D-11 plan would close Pike, relocate Bijou School
Public hearing April 23; Board of Education to vote on plan May 7
A year after its third-graders celebrated a 100 percent score in reading, Pike Elementary was 100 percent bummed this week.
The reason? The school is proposed for closure, effective in 2008-09. District 11 Superintendent Terry Bishop gave a presentation at the April 9 Board of Education meeting, proposing that the Bijou alternative high school, now in cramped and aging quarters at 730 N. Walnut St., relocate to the site at 2510 N. Chestnut St. Pike's students (about 125 in grades K-5) would be dispersed to the nearest Westside elementaries - mostly Jackson and Bristol, with a few going to Howbert.
The board took no action April 9, and will hold a public hearing (also no action planned) at the board meeting Wednesday, April 23, starting at 6:30 p.m. at the District 11 office building, 1115 N. El Paso St. The board will vote on the matter at the board meeting Wednesday, May 7, according to Elaine Naleski, District 11 community relations director.
In the meantime, parent supporters rallying against the closure have scheduled a meeting at the school Thursday, April 17 at 6 p.m. "If we lose it, we lose the quality of life in the neighborhood," said Carol Gravenstein, a member of Pike's Building Accountability Advisory Committee.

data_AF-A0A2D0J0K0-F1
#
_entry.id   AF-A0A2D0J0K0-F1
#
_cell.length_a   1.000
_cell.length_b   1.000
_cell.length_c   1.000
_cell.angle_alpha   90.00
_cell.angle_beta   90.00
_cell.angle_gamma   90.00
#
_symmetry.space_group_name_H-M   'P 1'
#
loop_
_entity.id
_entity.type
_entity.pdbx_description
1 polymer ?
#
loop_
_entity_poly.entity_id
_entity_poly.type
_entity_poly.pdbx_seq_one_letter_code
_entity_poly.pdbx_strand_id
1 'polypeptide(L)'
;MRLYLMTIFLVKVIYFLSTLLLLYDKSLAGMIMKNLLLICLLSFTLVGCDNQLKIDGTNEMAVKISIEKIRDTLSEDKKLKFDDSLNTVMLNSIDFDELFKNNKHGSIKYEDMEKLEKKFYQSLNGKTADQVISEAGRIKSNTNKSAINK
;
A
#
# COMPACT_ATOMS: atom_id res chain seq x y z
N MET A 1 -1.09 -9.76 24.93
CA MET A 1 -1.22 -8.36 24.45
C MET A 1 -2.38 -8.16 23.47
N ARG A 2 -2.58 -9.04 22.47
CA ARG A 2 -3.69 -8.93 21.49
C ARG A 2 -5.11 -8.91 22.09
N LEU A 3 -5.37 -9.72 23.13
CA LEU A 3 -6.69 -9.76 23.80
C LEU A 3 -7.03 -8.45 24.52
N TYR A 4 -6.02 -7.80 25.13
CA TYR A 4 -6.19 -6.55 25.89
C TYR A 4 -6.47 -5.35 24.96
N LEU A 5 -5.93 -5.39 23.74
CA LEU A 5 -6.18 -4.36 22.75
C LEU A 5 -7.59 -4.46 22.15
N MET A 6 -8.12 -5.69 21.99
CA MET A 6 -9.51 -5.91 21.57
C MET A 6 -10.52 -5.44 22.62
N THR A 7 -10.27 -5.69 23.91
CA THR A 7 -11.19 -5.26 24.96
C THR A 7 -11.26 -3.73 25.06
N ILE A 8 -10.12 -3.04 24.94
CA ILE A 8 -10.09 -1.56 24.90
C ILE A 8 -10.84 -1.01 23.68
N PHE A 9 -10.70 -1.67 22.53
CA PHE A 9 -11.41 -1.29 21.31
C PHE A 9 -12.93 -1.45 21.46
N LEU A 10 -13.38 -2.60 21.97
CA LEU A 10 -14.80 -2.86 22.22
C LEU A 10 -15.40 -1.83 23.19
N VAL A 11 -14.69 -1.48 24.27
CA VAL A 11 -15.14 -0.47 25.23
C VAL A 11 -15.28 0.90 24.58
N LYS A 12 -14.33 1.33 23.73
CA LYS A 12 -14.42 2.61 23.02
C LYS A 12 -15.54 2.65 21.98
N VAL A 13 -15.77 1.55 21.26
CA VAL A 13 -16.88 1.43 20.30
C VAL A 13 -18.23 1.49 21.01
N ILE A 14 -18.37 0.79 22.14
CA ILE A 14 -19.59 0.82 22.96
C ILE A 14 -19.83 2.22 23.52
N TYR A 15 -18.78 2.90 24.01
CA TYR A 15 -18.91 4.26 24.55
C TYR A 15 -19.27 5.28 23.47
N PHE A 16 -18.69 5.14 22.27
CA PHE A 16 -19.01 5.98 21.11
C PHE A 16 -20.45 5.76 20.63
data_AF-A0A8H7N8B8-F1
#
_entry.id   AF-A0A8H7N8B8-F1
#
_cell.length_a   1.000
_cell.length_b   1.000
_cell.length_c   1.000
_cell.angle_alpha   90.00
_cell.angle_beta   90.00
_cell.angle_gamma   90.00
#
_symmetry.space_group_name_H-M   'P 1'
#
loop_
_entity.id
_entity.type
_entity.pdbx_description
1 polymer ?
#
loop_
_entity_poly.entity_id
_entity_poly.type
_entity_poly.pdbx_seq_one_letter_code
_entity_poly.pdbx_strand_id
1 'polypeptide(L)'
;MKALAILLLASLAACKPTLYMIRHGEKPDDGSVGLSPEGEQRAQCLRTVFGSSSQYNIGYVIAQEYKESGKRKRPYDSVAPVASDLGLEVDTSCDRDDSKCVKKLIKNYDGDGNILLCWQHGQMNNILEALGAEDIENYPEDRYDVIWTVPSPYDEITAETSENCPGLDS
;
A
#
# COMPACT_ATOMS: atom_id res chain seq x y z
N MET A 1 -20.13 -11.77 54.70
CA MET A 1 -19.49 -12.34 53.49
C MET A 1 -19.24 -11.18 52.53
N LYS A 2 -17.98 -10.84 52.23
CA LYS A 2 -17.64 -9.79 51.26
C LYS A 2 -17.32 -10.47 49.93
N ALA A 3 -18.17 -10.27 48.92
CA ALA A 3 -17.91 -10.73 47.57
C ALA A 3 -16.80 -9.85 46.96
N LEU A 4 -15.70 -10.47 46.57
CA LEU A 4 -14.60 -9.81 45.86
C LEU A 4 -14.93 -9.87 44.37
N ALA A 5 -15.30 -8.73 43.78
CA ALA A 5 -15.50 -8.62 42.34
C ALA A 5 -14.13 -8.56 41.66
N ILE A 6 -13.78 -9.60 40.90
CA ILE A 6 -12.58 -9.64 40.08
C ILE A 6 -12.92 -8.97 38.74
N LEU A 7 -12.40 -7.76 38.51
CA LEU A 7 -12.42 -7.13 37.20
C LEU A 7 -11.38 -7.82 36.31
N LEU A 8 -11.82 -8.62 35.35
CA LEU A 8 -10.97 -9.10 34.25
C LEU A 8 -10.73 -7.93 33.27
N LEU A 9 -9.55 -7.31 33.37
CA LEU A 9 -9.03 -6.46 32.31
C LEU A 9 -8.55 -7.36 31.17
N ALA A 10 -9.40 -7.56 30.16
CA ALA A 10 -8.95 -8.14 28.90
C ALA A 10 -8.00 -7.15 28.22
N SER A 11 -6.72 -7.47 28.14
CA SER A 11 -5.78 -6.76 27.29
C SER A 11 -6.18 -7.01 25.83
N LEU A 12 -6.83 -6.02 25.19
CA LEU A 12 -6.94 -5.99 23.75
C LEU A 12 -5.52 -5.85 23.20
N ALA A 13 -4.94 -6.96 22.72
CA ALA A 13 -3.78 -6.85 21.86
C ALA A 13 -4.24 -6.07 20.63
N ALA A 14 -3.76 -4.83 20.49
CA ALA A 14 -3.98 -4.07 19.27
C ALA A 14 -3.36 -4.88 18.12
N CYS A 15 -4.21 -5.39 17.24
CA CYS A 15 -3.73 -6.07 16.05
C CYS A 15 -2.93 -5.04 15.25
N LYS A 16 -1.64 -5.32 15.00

But Elaine Naleski, District 11 community relations director, said that D-11 administrators disagree with Gravenstein's concern that property values would drop as a result of losing the neighborhood school and having an alternative school in its place.
Another neighborhood meeting at the school, this one called by district administrators, will be Monday, April 28, also at 6 p.m. There, they will attempt to sway people to the view, as stated in Bishop's "Position Paper on Reutilization of Schools," that "a combination of cost savings and better educational programs for both the elementary students and the Bijou students makes this recommendation worth consideration by the Board of Education."
Five-year Pike Principal Manuel Ramsey, said that while he understands staff reasons for closing his school, "we've worked hard, and we're proud of what we've done."
He described the attitude at Pike as "kind of somber right now." Still, he and his staff hold out hope that the school will be saved. By mutual agreement, none of them has put their names out yet for open positions next year at other schools. "We're trying to stick together and see what happens," Ramsey said. At the same time, he understands people can only stay in limbo so long. "We've asked the district to make a decision as quickly as possible," he explained.
In any case, the district has said it will provide jobs for the Pike staffers (31 in all, including part-time individuals). Where possible, according to Shirley Stevens, the administrator who oversees Pike, the district would like the school's teachers to be hired at the same schools Pike students are going to, and even be their teachers there.
The overall savings in administrative and overhead costs from closing Pike would be just under $392,000, states the Position Paper, wich was released at the April 9 board meeting.